David Henderson reports from the EIS conference in Dundee, where the threat of industrial action over pupil numbers marked the only significant victory for the hard left
Repeated assurances from Peter Peacock, the Education Minister, that personal learning plans will not mean extra work were roundly dismissed by a succession of delegates.
The union has not ruled out a boycott of the revised 3-14 assessment plans if teachers discover a vastly increased workload. Most are already certain they will have much more to do.
Helen Connor (right), North Lanarkshire, said she was in no doubt about the effects after trialling two personal learning plans, a prominent feature of the assessment regime. "It took more than one hour per child, that's two hours out of teaching and learning, and that was only doing maths and language," she said.
Ms Connor warned delegates to be wary of any pilot schemes which brought with them extra staffing. "A pilot is a euphemism for phasing in, which becomes part of the norm. When it is fully introduced, schools will lose their extra staff," she said.
Philip Jackson, Angus, said the Scottish Executive had failed to prove the feasibility of the plans.
Arthur Pritchard, Angus, claimed the process would be "the start of a paper empire". There was an over-emphasis on testing, recording and reporting that would detract from teacher time. "We have to get rid of the national assessment bank and national tests that are discredited," he said.
May Ferries, a former union president and acting primary head in Glasgow, said one of the options for revised testing should have been "to throw it in the bin". Teachers were opposed to the Executive's scheme on educational grounds and in terms of how teachers spend their time in the classroom.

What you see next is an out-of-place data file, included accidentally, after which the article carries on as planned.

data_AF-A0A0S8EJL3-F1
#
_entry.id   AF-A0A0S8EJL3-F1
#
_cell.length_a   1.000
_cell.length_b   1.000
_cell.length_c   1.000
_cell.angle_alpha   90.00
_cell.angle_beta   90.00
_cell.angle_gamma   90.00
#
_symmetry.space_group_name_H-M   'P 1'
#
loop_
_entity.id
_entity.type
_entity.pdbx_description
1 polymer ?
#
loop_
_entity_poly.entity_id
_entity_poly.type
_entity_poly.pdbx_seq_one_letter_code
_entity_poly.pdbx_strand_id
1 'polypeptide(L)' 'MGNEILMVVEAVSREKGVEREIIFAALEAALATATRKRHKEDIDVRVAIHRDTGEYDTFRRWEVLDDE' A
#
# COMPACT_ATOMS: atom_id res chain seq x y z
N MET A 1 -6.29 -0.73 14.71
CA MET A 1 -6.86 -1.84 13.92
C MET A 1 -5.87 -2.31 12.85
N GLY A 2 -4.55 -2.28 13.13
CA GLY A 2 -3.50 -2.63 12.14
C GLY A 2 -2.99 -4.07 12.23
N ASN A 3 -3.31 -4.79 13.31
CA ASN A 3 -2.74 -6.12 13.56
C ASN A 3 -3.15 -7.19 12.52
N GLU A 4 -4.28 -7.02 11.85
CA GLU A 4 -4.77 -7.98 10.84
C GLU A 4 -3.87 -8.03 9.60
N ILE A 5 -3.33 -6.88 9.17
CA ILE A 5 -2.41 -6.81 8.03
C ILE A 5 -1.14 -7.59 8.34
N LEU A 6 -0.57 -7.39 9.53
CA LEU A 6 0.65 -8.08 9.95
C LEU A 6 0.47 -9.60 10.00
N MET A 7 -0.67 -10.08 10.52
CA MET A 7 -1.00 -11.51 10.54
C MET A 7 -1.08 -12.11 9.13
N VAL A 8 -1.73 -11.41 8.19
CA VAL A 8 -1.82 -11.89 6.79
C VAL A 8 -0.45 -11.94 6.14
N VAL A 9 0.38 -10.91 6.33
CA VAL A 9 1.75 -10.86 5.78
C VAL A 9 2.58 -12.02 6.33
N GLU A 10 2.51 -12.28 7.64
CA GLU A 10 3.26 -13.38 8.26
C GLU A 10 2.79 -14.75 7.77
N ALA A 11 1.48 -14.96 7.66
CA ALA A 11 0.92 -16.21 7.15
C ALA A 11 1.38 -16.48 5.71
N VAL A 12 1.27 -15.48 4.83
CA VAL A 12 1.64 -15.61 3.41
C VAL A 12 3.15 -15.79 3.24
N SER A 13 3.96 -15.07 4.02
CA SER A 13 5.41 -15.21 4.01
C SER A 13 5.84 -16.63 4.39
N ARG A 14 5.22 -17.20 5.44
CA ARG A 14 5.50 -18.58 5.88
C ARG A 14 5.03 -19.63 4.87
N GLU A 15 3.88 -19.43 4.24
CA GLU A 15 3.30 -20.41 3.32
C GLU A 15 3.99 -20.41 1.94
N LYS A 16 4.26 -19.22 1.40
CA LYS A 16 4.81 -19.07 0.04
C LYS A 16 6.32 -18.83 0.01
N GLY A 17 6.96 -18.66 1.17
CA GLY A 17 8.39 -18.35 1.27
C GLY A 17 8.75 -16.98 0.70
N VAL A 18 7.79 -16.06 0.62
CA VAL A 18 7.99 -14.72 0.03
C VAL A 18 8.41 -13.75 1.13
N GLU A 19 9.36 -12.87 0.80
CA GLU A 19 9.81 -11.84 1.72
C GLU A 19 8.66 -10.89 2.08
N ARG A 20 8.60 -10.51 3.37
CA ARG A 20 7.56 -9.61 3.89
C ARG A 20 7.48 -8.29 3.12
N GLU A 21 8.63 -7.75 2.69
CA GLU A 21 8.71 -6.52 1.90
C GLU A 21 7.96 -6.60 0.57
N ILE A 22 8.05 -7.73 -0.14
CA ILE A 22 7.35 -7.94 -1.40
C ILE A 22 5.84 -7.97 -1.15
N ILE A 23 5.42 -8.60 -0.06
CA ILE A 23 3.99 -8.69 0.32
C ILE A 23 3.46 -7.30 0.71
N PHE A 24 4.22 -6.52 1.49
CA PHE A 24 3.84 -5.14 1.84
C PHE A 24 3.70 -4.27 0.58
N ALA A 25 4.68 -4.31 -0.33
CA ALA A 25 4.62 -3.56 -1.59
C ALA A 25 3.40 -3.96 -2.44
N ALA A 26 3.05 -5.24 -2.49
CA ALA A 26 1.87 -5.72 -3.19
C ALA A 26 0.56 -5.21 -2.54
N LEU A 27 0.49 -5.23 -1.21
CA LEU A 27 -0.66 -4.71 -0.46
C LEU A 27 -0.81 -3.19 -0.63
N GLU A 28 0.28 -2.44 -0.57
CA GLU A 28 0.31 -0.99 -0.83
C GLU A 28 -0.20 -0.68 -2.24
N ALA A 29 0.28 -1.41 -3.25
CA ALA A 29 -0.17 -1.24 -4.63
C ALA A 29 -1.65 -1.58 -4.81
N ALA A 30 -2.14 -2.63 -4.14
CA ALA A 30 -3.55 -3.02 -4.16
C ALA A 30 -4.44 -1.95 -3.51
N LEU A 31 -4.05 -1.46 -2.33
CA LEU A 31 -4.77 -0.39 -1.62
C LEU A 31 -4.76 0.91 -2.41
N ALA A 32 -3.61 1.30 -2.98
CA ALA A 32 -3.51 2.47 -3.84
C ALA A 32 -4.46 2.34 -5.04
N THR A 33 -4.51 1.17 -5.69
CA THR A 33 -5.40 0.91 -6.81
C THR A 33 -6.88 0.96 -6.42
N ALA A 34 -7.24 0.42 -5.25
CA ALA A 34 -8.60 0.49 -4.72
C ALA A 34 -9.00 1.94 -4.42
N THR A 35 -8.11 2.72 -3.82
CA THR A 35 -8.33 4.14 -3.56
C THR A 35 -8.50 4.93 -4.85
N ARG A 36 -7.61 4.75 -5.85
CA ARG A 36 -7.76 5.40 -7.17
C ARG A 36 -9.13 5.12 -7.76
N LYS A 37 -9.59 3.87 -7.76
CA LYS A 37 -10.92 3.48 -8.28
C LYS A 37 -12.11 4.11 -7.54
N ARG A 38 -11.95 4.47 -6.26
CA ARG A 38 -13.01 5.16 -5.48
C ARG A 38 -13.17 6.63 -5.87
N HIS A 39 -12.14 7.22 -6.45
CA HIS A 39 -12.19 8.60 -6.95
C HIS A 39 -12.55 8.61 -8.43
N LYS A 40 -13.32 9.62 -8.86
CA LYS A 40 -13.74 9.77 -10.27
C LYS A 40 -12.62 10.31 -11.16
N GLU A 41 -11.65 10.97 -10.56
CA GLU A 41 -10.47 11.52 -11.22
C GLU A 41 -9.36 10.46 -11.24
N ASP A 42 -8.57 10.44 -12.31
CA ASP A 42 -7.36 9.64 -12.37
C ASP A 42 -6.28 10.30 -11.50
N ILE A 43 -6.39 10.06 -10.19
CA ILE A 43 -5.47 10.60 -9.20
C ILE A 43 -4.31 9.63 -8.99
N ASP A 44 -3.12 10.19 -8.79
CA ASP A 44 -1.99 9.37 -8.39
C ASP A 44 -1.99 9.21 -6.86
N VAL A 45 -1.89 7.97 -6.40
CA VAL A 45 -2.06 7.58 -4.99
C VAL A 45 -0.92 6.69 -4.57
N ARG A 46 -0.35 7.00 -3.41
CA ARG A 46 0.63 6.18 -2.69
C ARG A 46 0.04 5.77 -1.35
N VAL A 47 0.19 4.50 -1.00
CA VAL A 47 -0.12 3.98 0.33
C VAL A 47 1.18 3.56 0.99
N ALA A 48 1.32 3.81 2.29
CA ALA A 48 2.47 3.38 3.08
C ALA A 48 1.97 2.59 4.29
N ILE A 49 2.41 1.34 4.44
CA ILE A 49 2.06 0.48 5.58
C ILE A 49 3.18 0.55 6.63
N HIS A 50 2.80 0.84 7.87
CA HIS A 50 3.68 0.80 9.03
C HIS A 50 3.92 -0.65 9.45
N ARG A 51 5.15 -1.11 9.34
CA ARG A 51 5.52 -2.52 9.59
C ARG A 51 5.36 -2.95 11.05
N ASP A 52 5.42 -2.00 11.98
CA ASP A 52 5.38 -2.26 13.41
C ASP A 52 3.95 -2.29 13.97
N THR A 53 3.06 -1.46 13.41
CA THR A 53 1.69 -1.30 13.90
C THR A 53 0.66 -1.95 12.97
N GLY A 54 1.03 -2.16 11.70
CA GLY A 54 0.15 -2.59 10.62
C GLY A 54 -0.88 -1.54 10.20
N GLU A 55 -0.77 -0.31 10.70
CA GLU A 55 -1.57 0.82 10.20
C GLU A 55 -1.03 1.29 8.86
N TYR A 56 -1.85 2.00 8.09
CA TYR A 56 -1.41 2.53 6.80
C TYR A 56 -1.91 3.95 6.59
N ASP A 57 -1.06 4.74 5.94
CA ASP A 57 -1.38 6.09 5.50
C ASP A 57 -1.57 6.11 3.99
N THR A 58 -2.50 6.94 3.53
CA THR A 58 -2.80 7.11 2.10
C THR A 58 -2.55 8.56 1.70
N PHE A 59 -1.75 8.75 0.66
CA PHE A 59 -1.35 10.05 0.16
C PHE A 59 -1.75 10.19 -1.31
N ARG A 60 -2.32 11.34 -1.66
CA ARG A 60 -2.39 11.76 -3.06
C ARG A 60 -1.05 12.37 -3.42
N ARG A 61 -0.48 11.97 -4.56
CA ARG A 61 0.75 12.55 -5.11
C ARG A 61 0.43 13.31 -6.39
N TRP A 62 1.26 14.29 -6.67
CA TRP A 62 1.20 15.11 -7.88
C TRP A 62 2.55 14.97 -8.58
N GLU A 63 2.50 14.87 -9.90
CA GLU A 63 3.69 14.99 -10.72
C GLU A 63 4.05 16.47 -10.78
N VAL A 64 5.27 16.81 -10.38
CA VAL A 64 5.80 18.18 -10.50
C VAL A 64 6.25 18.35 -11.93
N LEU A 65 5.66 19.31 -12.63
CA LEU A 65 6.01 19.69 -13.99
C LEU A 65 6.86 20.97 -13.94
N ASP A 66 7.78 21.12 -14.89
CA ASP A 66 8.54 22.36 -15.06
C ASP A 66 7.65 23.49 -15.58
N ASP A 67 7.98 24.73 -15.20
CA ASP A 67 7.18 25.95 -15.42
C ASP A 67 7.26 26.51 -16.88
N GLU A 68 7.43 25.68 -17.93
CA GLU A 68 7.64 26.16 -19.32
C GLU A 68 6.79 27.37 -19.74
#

Sid Perrie, East Dunbartonshire, pointed out that secondary teachers could be faced with devising personal learning plans for up to 120 pupils in S1.
Two weeks ago, Mr Peacock reiterated his commitment to personal plans at an assessment conference in Glasgow. "My focus is on the words personal and learning and much less on paper-based plans. I see personal learning planning as a process, not a bureaucratic exercise. It is one of the ways of helping narrow the attainment gap and help get the best out of each pupil," he said.
The minister went on: "Personal learning plans need not be lengthy, bureaucratic forms to be completed by teachers. What I want to see is schools creating the right climate for conversations with pupils about their learning, which can then be captured in whatever way suits learners and teachers best.
"I have no plans to rush out centrally devised forms to schools for teachers to fill in. I want to see good professional practice develop," the Education Minister said.
He is likely to announce his response to the consultation on assessment, testing and reporting in the autumn.